Skip to content

Cycles BVH


Cycles supports multiple ray-tracing acceleration structures, depending on the device. When rendering with multiple devices, a different BVH may be built for each.

  • Embree for CPUs
  • OptiX BVH for hardware ray-tracing on NVIDIA GPUs
  • Custom BVH implementation for everything else, like CUDA and HIP devices

Long term, we would like to remove the custom BVH, as we believe the CPU and GPU vendors can do a better job optimizing ray-tracing for their device. For now we have to keep it as a fallback.

Our custom BVH has poor performance with (fast moving) motion blur compared to other devices, as we only support motion blur at the primitive level, not at intermediate modes. This is another reason to replace it.

Intersection Types

Rays are traced for various purpose, and each has its own behavior.

  • Closest hit intersections, for camera and indirect light rays. One intersection is recorded, the closest one to the ray starting position.
  • Shadow intersections. If an intersection is found with an primitive known to have an opaque material, traversal is stopped immediately and the ray is considered fully occluded. If an intersection with a (potentially) transparent primitive is found, we record up to N closest transparent intersections, to have their shader evaluated. If more than N transparent intersections are found, the ray will be traced again from a further starting point.
  • Subsurface scattering intersections. Similar to closest hit intersections, however only intersects within the same object. Objects with subsurface scattering for this reason are always considered "instanced", such that they have a dedicated BVH that can be intersected directly.
  • Ambient occlusion shader node intersections. Same as subsurface scattering intersections, finds a single closest hit.
  • Bevel shader node intersections. Finds up to N intersections within the same object, nearby the current shading point. If more than N intersections are found, reservoir sampling is used to probabilistically pick a subset.

Self-Intersection Avoidance

Ray starting from a triangle or curve may self-intersect. To avoid this problem, the ray start position gets a small offset along the geometric normal, similar to A Fast and Robust Method for Avoiding Self- Intersection. However due to precision issues with instancing and curves, we've had to increase this offset quite significantly, which can cause artifacts in other places.

When primitives are intersected by a ray from a large distance, precision may be poor. To improve this, we re-intersect triangles from a closer distance to improve the precision of point of intersection. This helps avoid some cases of self-intersection.

Ray Visibility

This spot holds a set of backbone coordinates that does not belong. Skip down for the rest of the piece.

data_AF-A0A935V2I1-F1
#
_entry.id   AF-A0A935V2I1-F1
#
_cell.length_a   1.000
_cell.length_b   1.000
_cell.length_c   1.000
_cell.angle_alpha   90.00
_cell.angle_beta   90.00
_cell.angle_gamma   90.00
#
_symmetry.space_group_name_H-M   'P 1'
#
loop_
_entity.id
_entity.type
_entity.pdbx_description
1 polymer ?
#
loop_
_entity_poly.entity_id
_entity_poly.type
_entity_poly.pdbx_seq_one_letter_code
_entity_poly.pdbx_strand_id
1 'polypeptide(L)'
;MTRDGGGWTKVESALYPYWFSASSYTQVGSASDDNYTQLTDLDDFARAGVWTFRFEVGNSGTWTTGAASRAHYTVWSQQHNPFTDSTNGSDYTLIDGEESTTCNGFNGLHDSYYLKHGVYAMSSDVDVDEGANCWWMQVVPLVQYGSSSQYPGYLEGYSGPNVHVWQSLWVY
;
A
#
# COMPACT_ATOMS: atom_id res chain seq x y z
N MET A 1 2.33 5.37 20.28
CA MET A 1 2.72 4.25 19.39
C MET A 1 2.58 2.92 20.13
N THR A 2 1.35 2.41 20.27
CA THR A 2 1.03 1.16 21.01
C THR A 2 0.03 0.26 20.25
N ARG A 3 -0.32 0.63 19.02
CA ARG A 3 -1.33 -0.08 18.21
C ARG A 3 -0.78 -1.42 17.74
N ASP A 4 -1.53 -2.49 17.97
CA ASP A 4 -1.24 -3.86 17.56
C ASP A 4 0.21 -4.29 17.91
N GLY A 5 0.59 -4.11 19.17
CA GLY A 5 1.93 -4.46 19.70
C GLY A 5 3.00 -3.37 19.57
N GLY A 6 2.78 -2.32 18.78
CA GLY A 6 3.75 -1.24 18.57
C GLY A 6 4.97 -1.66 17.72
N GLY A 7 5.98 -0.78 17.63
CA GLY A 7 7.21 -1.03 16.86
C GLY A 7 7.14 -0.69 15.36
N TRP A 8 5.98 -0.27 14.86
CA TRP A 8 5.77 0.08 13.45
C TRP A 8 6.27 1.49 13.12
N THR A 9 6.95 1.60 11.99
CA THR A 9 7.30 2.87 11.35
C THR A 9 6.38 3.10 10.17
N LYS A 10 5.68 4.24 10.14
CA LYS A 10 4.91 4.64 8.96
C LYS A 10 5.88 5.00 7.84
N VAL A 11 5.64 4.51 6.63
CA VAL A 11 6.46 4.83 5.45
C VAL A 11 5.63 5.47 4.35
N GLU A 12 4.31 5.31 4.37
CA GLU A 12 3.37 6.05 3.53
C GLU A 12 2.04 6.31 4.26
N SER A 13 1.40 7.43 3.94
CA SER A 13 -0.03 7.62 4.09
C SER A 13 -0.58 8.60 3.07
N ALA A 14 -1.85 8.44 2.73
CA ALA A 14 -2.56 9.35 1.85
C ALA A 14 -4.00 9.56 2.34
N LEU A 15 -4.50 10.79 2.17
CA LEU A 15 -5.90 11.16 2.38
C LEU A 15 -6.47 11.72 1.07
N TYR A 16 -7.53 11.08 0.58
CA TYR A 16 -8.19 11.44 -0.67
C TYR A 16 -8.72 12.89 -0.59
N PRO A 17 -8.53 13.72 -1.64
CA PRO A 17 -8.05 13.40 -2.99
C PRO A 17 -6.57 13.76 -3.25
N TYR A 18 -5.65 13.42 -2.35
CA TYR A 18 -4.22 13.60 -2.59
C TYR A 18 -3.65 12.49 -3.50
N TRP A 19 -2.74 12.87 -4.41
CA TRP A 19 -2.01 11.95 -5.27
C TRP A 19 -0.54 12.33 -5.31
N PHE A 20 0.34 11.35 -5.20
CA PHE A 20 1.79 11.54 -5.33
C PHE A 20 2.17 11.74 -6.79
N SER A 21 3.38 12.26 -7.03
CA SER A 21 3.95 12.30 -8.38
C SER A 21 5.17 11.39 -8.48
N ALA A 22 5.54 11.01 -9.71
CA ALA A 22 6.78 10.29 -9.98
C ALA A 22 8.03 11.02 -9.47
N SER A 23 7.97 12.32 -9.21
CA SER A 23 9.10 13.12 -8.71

Primitives have a visibility bitmask, matched against a ray bitmask to determine if they should be intersected.

This used to implement ray visibility settings on objects. It is also used for the shadow catcher, where synthetic objects are excluded for certain rays.


For instancing and dynamic updates, we build a two level BVH. The BVH's are built independently for each mesh, and then a top level object BVH instances these meshes. This reduces tree quality but for instances leads to lower memory usage and for dynamic updates faster rebuilds as object as are transformed, added or removed.

With offline rendering, the triangles of non-instanced objects are transformed and placed in the top level of the tree.


If no new objects or triangles are added, rather than rebuilding the BVH entirely, we refit it with new coordinates. This means we keep the same tree structure, and only update the bounding boxes. As the coordinates deviate further from the original, the tree quality goes down.

Custom BVH Implementation

The code is based on an implementation from NVidia under the Apache license, with code adapted from Embree as well. This code includes spatial splits to make it more competitive with kd-trees. On top of that, we added support for instancing and motion blur, as well as dynamic updates through refitting and a two-level BVH.

This BVH used to support SIMD instructions, but since it is only for GPUs now that was removed. This BVH can still be used on the CPU for debugging.

The BVH is built based on the surface area heuristic (SAH) and spatial splits. Build performance is optimized with binning and multithreading. For traversal, the nodes from two levels are still packed into a single array. The BVH traversal algorithm is implemented in such a way that on the GPU, BVH node intersections can be performed coherently even when two threads are on different BVH levels.